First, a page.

are already apps—such as Redshift, SunsetScreen and Iris—that address this issue by decreasing blue light exposure.
There’s no one solution to such a comprehensive problem, but for starters, recommend sunscreen to every client. Repairing the skin barrier is also of utmost importance. “You need an appropriate moisturizer that protects and reinforces the barrier, and also protects you from blue light, heavy metals and pollution,” says Dr. Murad.
In terms of skincare ingredients, these guests will benefit from topicals rich in antioxidants—and there’s something to be said for finding them in nature. “Many anti-inflammatory and antioxidant ingredients are botanically derived, because plants are unable to move away from the sun, as we can, and so have developed very efficient protective systems,” notes Dr. DeHaven.
In addition to antioxidants like vitamin C, Dr. Day suggests hydrating masks. Not only do they nourish and soothe the skin, but they’re emotionally calming,
she says. Probiotics like lactobacillus can also be beneficial, notes Tomasso. These epidermal microorganisms support the growth of good bacteria while inhibiting inflammation-triggering pathogens. “Lactobacillus is a naturally occurring bacteria that upholds the growth of healthy microflora, and promotes healing by boosting fibroblasts,” she adds.
You can also advise clients about a number of inflammation-diminishing lifestyle and dietary habits. After all, as Dr. Day points out, managing the condition is a full-service task. “Our training is grounded in science, but there’s another level here. As a healer, you can help clients understand treatment beyond using creams or products,” she says. “A lot of rosacea and eczema management comes down to getting more sleep, smoking less, drinking more water, and eating more vegetables and fish—just taking small steps and adding on a little bit every day.” Tomasso recommends clients limit or avoid some additional triggers that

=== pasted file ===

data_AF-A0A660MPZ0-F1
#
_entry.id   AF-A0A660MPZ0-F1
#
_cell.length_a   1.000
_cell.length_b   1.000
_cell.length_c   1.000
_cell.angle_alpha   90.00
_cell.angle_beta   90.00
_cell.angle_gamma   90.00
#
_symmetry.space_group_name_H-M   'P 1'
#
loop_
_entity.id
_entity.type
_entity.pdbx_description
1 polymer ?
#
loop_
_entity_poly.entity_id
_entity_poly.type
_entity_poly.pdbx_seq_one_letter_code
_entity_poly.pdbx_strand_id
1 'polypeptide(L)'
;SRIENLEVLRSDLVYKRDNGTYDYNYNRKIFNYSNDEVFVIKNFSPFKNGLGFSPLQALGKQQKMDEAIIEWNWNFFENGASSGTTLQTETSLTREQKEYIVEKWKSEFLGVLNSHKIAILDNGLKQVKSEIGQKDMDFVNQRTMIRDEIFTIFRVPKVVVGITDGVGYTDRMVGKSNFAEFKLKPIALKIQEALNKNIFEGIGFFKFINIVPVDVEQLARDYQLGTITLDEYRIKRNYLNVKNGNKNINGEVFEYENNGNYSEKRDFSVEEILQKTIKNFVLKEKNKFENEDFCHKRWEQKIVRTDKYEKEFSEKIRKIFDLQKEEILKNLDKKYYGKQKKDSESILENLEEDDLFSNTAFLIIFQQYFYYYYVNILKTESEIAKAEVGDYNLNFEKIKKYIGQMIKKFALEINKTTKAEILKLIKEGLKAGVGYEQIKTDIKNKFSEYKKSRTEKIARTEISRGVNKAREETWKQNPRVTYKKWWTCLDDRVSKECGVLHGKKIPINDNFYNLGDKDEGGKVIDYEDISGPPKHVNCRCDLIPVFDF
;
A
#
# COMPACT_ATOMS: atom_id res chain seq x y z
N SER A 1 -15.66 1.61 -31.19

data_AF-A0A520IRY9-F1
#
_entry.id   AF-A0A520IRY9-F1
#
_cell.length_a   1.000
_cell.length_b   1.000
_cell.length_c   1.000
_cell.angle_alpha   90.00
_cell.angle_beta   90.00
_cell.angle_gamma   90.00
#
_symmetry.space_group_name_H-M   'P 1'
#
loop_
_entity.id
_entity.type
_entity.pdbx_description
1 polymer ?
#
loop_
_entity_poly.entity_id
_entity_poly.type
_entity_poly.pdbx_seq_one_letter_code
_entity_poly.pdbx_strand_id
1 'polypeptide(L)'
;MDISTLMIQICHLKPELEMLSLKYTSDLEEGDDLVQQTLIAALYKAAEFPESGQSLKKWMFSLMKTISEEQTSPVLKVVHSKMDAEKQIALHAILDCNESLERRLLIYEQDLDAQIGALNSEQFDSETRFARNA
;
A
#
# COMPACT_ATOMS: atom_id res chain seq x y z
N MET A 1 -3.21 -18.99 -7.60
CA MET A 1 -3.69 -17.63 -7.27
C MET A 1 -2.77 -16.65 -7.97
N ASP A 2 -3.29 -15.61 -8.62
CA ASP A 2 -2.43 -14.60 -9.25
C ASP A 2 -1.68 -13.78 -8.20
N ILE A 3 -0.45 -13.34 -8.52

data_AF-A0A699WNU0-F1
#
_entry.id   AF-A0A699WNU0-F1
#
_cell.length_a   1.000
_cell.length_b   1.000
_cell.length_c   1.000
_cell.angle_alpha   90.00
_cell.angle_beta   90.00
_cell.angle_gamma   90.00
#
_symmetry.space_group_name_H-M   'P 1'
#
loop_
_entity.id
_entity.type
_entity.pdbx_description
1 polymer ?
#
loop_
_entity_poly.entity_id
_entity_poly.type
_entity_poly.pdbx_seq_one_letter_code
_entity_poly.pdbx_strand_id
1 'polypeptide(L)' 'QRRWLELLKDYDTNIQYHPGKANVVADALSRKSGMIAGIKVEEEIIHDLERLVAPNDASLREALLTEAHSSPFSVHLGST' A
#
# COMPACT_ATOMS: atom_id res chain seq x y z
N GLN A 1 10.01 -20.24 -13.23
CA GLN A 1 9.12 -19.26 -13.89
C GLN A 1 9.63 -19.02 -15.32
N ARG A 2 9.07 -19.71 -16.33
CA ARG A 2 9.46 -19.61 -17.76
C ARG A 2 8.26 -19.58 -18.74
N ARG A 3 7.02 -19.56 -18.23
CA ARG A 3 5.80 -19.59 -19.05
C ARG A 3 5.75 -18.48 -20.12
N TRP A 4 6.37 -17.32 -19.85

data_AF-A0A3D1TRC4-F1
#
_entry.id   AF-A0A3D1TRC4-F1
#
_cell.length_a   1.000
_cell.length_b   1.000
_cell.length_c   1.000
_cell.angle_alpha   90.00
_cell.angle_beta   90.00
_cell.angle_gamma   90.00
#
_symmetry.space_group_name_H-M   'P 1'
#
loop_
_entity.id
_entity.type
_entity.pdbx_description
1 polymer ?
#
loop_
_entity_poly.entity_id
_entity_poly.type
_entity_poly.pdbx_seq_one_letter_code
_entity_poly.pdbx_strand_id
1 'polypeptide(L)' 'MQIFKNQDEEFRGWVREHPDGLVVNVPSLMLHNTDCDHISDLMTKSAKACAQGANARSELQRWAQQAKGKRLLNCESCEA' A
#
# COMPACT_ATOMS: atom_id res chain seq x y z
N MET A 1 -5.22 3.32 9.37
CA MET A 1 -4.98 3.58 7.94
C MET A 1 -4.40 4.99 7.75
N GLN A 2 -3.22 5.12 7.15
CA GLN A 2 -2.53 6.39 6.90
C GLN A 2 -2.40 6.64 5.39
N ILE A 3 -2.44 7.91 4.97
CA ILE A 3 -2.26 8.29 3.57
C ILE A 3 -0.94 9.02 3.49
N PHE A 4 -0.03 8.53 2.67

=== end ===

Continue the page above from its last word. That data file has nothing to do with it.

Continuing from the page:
can exacerbate inflammation: weather extremes; alcohol; caffeine; hot showers; steam rooms; saunas; heavy exercise; abrasive skin care, such as harsh peels
and scrubs; and histamine-rich foods.
Dr. Murad adds that pros can help guests find ways to relax even after they leave the spa. “Consider recommending activities like yoga or art therapy,” he suggests. “Keep books and articles on hand that’ll guide clients to pinpoint and reduce sources of loneliness, isolation, anger, hostility and perfectionism to help them conquer their stress.”
Finally, offer some guidance on physical activity. Exercise (when not too intense) can be extremely beneficial, particularly when dehydrated cells are at the root of inflammatory issues. “Muscle is 70 percent water, whereas fat is only 10 percent water,” explains Dr. Murad. In fact, he notes, moderate exercisers have been found to be 15 percent less likely than sedentary individuals to suffer from chronic inflammation. It all goes to show that an active, healthy lifestyle pays off.
Diet Do’s and Don’ts
Clients looking to address their inflammation concerns should be advised of these healthy eating habits. Because a total shift can be a bit daunting, experts suggest introducing or removing one food type at a time.
Cruciferous vegetables (e.g., broccoli and Brussels sprouts)
Red- and blue-colored fruits (e.g., berries and pomegranates)
Cold-water fish (e.g., salmon, tuna, mackerel and herring)
Meat (especially beef and pork)
Nightshade vegetables (e.g., eggplant and tomatoes) Histamine-rich foods (e.g., citrus and dairy)
Pickled or fermented foods
–by Katie O’Reilly